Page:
When designing an RFID access control system, one has to decide what kind of reader and what kind of tags one wishes to use. They all function more or less the same way, but there are a lot of practical considerations to take into account such as cost, range, ease of use, and security options. After a lot of research, [Glen] decided on inexpensive sticker-style tags and a compatible reader supporting credentials with an ISO14443 UID that could be suitably mounted on a building’s exterior.
Breakout boards with ready-to-use code libraries exist for some RFID readers, but that wasn’t the case for the reader [Glen] had. He ended up rolling his own code to handle communication with the reader, with a Microchip PIC18F45K50 doing all the work of reading tags and performing access control. His code is on the project’s GitHub repository, and if you also find yourself needing to interface to a reader that uses the Wiegand protocol, you might want to give it a look.
Controlling the actual garage door was the easy part. All that took was soldering two wires across the switch contacts of a spare garage door opener remote, and using a relay to close the contacts. Simple and effective. You can see it in action in the short video, embedded below the break.
[TVMiller]’s description of his project is epic enough to deserve a literal copy-paste (something our readers often praise us about). In his own words, “Having discovered several spare Midichlorians in my liquor cabinet, I trained and applied them to opening a large cumbersome gate. The FORCE motion travels through my inner what-nots and is translated by the Pebble Classic accelerometer toggling a command sent to the (Particle) Cloud (City) which returns to the Particle Photon triggering a TIP120 to fire a button on an existing RF transceiver. May the ridiculous hand gestures be with you, always.” Thus was born the Gate Jedi , and you’ll need exactly 47 Midichlorians, and some other trivial parts, to build one.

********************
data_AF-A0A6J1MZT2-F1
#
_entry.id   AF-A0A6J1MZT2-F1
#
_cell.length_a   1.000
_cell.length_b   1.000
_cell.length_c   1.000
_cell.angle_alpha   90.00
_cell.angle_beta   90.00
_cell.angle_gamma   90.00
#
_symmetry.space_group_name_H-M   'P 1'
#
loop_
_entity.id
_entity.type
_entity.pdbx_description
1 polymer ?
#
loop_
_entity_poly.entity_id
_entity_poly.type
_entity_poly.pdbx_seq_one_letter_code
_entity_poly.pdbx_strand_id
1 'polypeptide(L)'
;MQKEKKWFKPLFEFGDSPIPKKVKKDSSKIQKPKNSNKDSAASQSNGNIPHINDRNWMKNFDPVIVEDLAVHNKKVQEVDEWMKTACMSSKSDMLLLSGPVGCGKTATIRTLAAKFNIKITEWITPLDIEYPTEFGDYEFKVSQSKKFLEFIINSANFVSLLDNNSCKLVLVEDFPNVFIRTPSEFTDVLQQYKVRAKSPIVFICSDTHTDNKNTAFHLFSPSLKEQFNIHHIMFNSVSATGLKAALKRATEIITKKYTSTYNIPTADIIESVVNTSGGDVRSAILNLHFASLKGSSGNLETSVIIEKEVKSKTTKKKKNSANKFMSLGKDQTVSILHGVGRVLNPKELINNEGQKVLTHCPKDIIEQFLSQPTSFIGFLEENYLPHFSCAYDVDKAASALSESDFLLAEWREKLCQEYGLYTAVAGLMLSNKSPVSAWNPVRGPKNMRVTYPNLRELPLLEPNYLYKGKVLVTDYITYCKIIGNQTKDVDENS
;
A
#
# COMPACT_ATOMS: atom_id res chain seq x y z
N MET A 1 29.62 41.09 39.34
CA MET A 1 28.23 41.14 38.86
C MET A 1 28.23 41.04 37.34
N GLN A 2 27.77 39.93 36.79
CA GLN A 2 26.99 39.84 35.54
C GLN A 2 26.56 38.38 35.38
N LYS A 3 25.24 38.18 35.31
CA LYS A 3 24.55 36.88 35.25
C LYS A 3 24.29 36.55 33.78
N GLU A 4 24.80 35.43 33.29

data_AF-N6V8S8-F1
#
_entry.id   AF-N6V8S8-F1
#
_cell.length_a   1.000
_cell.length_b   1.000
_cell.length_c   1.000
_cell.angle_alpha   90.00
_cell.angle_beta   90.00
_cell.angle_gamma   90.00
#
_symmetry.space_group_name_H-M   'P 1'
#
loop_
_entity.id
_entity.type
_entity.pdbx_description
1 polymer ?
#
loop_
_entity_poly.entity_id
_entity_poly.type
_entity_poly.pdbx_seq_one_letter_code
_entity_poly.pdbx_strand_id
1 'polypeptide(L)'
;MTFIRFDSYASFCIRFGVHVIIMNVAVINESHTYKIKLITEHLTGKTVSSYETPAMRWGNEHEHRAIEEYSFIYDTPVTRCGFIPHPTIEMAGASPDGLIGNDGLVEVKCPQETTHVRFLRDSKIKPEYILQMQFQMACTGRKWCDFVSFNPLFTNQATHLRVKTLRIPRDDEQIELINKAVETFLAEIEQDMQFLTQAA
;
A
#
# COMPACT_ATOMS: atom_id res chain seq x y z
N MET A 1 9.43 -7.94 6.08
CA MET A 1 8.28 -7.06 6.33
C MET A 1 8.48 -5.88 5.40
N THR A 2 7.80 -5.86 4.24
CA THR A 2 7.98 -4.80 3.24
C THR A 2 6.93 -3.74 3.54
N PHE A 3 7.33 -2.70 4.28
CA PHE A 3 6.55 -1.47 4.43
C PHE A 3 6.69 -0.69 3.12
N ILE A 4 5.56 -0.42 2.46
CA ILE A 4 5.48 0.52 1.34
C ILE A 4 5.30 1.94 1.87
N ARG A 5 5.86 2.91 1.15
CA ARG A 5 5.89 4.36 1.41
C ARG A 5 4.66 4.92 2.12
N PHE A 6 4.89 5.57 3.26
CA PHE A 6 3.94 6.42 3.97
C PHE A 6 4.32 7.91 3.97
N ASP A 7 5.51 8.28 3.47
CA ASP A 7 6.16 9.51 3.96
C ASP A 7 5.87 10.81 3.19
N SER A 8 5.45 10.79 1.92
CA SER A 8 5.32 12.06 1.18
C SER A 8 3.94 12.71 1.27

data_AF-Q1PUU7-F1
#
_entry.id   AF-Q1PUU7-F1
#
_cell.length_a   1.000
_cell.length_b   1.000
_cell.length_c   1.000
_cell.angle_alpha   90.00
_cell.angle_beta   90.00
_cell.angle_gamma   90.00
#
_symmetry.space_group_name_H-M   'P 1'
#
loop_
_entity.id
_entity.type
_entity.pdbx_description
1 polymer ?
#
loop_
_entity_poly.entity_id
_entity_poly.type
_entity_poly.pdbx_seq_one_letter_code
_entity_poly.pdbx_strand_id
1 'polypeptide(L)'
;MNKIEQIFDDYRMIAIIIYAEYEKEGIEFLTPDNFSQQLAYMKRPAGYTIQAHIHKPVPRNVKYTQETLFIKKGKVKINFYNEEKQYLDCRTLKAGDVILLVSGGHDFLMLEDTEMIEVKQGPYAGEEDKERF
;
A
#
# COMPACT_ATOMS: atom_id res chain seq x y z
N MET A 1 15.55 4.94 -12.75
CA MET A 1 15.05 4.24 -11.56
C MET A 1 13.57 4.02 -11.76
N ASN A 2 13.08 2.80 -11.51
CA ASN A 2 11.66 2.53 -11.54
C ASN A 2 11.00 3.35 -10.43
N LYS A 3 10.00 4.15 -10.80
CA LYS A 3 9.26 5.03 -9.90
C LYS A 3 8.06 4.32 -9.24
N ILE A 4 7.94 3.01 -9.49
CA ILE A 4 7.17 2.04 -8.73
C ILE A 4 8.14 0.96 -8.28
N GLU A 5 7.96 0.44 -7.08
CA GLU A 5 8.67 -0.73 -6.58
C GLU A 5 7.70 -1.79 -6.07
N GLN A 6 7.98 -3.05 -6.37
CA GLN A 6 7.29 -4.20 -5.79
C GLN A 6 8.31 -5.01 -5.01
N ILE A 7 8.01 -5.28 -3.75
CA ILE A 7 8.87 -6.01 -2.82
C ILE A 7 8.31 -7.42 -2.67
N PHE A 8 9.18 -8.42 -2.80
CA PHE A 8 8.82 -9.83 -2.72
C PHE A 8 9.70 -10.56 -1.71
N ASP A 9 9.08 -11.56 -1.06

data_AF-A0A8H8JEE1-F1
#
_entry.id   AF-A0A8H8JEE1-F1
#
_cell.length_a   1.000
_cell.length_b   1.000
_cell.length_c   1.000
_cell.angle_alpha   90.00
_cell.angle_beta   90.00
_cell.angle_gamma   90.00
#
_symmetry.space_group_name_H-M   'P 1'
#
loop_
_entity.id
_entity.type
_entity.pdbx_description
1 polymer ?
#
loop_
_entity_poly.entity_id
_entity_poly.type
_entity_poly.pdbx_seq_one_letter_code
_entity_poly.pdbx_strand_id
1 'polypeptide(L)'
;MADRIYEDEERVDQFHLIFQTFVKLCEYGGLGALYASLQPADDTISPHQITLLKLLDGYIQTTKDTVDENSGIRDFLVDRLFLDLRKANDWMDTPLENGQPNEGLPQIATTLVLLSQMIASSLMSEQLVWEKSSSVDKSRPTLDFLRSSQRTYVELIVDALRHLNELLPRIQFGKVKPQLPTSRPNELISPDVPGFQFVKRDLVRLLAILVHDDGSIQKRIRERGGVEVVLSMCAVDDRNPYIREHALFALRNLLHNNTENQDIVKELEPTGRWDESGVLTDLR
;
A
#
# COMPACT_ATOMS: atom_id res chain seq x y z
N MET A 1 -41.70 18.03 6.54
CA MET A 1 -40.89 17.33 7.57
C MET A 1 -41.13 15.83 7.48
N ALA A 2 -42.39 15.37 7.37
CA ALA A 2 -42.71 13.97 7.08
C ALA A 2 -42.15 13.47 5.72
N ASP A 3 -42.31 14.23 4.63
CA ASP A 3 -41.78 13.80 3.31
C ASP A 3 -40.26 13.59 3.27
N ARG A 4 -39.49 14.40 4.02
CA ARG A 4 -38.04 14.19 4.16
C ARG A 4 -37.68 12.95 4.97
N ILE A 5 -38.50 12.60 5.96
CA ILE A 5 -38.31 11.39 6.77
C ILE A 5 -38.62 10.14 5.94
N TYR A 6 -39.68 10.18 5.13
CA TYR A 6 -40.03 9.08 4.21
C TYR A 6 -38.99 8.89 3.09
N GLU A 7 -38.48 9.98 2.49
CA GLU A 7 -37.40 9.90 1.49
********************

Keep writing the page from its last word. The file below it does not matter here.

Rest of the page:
The Pebble watch hooks up to his android smart phone. A Pebble (android) app sends the accelerometer data to the Particle (previously called Spark) cloud service. From there, the data is pushed to the Photon IoT board which runs a few lines of code. Output from the Photon turns on a TIP120 power transistor, which in turn triggers the existing RF trans receiver that opens the Gate.
The Raspberry Pi is a cheap credit card sized computer that has opened the doors of embedded Linux to millions of people. But in this case, it’s literally opening a door. The Computer Club at Western Michigan University had to move to a different room which brought with it a new challenge. The door handle was more difficult to turn than the old one. Nothing that a NEMA 17 stepper couldn’t handle, however.
After printing a few gears and wiring up an Easy Driver board between the Raspi and stepper motor, they had the basics of a door opener in place. A 5v relay is used to keep the power off the stepper when not in use, and a limit switch is used to monitor the position of the door handle while a Hall Effect sensor tells when the door is open and shut.
Be sure to check out the project as all source, parts list and schematics are available in case you have a simliar door that needs amending.